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Andrew Reid

I am leaving Vimeo over their scandalous DMCA policy

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Look into the recent corporate changes at Vimeo and their parent company, you will see why the culture is changing there. They want to fatten up before going public, they have a new CEO from Harvard and they are chasing subscriptions.

https://www.tubefilter.com/2017/07/20/vimeo-anjali-sud-ceo/

They are trying to go from 70 million subscribers to 100 million.

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1 hour ago, Andrew Reid said:

 They want to fatten up before going public, they have a new CEO from Harvard and they are chasing subscriptions. They are trying to go from 70 million subscribers to 100 million.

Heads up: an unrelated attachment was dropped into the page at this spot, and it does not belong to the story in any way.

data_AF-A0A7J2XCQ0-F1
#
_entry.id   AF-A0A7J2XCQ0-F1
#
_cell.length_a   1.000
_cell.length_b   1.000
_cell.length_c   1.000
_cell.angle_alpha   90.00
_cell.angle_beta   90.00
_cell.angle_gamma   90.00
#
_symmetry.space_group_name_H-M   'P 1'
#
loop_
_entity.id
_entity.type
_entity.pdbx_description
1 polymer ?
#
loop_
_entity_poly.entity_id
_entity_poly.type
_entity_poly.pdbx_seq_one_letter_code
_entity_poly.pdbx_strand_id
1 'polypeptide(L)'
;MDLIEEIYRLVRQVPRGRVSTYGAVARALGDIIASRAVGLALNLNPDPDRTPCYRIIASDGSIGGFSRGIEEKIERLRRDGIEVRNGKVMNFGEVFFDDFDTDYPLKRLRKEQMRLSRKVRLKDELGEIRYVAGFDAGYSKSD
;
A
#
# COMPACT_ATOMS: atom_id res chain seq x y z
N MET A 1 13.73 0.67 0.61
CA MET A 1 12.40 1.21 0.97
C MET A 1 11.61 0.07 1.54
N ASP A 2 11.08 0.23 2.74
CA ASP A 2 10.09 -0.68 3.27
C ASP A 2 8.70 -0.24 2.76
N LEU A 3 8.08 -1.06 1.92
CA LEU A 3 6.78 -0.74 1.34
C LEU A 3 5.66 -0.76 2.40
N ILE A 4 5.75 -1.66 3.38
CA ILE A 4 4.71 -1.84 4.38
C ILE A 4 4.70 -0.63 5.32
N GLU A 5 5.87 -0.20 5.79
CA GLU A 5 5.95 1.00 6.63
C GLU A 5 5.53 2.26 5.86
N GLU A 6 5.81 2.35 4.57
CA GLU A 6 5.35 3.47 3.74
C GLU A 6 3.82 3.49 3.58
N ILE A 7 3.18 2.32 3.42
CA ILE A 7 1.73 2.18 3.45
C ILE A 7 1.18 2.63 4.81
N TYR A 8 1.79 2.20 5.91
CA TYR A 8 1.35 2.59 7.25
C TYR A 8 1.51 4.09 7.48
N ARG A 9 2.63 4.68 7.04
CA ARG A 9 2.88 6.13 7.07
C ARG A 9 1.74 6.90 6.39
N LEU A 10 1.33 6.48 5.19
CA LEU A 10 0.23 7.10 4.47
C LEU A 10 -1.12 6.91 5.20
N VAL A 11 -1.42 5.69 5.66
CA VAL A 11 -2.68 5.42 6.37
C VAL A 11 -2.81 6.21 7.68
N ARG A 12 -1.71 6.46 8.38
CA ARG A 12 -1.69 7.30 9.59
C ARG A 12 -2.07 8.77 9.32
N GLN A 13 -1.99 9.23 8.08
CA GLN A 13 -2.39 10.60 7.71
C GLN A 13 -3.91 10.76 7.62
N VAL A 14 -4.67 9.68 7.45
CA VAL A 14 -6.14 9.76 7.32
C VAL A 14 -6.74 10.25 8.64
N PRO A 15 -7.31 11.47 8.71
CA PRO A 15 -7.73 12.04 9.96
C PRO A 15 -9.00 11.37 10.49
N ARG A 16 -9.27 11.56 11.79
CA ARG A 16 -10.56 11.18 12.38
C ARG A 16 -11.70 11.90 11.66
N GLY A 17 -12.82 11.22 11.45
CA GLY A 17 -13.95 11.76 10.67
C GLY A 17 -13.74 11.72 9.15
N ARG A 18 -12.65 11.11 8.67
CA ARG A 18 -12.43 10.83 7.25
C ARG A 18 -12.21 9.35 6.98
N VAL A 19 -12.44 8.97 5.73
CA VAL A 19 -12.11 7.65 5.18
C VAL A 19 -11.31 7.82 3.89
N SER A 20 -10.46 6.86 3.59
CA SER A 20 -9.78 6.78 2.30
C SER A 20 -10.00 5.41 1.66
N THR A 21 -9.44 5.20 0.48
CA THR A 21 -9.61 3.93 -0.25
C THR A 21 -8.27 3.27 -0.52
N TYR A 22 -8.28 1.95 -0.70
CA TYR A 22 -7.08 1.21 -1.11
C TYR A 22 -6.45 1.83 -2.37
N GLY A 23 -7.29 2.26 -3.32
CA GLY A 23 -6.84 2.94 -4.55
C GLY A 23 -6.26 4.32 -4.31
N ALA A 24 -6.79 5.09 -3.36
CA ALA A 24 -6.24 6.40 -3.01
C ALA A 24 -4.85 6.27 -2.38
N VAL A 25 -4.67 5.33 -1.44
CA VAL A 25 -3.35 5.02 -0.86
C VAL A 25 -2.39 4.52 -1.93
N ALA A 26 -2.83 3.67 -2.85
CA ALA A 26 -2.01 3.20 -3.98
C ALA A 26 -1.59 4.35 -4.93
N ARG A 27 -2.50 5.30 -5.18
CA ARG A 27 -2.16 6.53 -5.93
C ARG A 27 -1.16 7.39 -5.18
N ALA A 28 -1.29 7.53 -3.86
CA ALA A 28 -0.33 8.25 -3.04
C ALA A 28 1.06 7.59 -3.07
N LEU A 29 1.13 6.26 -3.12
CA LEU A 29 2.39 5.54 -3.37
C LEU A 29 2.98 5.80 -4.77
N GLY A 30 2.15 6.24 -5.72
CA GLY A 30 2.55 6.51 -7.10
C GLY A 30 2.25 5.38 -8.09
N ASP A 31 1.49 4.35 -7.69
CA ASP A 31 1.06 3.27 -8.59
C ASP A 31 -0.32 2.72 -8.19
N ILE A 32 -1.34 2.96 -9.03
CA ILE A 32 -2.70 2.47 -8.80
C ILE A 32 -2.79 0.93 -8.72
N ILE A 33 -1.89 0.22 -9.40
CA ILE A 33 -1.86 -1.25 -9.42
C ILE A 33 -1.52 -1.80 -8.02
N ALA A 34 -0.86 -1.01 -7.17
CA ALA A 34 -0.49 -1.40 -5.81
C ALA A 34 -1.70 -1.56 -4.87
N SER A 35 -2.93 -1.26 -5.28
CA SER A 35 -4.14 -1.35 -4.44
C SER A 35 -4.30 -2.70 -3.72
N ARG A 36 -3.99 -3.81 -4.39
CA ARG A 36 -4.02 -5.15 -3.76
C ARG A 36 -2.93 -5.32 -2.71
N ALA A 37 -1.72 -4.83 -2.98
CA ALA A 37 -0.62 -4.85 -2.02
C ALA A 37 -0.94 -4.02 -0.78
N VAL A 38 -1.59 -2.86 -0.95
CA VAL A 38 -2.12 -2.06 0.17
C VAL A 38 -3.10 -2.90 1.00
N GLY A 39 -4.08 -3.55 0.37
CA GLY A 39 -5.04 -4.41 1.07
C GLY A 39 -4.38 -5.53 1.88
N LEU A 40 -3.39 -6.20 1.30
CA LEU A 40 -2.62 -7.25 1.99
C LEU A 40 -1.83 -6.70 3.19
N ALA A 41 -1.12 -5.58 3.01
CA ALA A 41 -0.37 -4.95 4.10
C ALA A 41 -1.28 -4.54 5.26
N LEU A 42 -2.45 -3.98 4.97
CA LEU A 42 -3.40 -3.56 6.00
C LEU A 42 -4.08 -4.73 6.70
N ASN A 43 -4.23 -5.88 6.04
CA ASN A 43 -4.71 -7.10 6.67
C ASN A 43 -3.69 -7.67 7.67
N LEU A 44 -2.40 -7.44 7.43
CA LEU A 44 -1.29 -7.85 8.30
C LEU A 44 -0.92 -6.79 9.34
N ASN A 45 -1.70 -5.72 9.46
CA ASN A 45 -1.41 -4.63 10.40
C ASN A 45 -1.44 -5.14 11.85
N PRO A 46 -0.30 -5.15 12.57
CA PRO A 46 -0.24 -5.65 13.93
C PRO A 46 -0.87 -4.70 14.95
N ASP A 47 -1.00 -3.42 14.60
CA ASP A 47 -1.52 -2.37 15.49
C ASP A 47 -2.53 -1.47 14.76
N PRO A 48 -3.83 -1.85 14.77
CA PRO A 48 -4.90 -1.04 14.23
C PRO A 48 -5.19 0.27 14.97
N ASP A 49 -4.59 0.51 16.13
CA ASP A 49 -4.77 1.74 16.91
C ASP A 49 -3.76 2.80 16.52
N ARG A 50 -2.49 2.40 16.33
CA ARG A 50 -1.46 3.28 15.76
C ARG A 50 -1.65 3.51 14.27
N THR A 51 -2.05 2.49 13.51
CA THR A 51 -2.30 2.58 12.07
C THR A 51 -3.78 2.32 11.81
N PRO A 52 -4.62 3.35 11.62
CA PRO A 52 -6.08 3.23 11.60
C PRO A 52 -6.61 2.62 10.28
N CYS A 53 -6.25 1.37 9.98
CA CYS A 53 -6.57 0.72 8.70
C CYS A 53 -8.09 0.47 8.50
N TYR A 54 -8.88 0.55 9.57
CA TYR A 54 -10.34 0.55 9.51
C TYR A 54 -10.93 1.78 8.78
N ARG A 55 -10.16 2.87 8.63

I'm sure that alienating their paying subscribers base is a brilliant strategy to achieve this goal.

According to Reuters: "More than half of the Vimeo’s revenue comes from business customers, Vimeo CEO Anjali Sud said"

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On 10/23/2018 at 7:54 PM, Andrew Reid said:

if I wanted to set some cinematography to a Pink Floyd track in the privacy of my own edit suite at home, and not release it, I am free to do that.

I was recruited by the DJ Paul Van Dyk once and he wanted to use my footage over his music. Boot on the other foot. I said yes.

Isn’t there a difference here?

The DJ asked and you said yes. That is essentially you granting a licence/permission to use your cinematography. And even tho’ there was neither a financial component nor a formal legal agreement it certainly had the most basic and important element: respect.

In contrast, did anyone ask Pink Floyd? 

I think your point about the freedom of artistic expression is valid - but plagiarism, copyright infringement or pirating detract from that.